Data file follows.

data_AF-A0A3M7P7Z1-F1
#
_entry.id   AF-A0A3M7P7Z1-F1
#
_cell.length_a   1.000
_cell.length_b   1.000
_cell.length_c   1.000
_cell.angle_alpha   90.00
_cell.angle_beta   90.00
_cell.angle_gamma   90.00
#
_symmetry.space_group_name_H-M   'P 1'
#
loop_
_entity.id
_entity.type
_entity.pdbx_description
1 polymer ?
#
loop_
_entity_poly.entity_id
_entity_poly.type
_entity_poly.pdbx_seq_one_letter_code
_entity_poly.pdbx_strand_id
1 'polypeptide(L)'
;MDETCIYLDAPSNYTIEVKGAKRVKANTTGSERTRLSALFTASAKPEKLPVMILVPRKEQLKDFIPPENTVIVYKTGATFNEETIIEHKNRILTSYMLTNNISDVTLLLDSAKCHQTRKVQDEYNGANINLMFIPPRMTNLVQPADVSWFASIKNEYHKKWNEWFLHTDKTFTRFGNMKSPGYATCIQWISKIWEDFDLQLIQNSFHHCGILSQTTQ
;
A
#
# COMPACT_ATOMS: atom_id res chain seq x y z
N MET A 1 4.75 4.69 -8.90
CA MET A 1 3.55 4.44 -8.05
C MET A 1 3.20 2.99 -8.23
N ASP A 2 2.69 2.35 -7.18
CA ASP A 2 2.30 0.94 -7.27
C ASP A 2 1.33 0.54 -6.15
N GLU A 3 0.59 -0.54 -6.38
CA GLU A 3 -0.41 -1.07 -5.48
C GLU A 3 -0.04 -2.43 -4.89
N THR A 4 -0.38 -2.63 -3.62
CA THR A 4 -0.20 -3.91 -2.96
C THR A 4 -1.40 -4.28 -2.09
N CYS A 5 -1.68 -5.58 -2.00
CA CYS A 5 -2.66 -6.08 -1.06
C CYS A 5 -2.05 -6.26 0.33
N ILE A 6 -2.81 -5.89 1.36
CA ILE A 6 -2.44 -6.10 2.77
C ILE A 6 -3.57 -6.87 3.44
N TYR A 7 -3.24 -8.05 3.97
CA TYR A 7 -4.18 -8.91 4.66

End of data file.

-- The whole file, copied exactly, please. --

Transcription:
data_AF-A0A3M7P7Z1-F1
#
_entry.id   AF-A0A3M7P7Z1-F1
#
_cell.length_a   1.000
_cell.length_b   1.000
_cell.length_c   1.000
_cell.angle_alpha   90.00
_cell.angle_beta   90.00
_cell.angle_gamma   90.00
#
_symmetry.space_group_name_H-M   'P 1'
#
loop_
_entity.id
_entity.type
_entity.pdbx_description
1 polymer ?
#
loop_
_entity_poly.entity_id
_entity_poly.type
_entity_poly.pdbx_seq_one_letter_code
_entity_poly.pdbx_strand_id
1 'polypeptide(L)'
;MDETCIYLDAPSNYTIEVKGAKRVKANTTGSERTRLSALFTASAKPEKLPVMILVPRKEQLKDFIPPENTVIVYKTGATFNEETIIEHKNRILTSYMLTNNISDVTLLLDSAKCHQTRKVQDEYNGANINLMFIPPRMTNLVQPADVSWFASIKNEYHKKWNEWFLHTDKTFTRFGNMKSPGYATCIQWISKIWEDFDLQLIQNSFHHCGILSQTTQ
;
A
#
# COMPACT_ATOMS: atom_id res chain seq x y z
N MET A 1 4.75 4.69 -8.90
CA MET A 1 3.55 4.44 -8.05
C MET A 1 3.20 2.99 -8.23
N ASP A 2 2.69 2.35 -7.18
CA ASP A 2 2.30 0.94 -7.27
C ASP A 2 1.33 0.54 -6.15
N GLU A 3 0.59 -0.54 -6.38
CA GLU A 3 -0.41 -1.07 -5.48
C GLU A 3 -0.04 -2.43 -4.89
N THR A 4 -0.38 -2.63 -3.62
CA THR A 4 -0.20 -3.91 -2.96
C THR A 4 -1.40 -4.28 -2.09
N CYS A 5 -1.68 -5.58 -2.00
CA CYS A 5 -2.66 -6.08 -1.06
C CYS A 5 -2.05 -6.26 0.33
N ILE A 6 -2.81 -5.89 1.36
CA ILE A 6 -2.44 -6.10 2.77
C ILE A 6 -3.57 -6.87 3.44
N TYR A 7 -3.24 -8.05 3.97
CA TYR A 7 -4.18 -8.91 4.66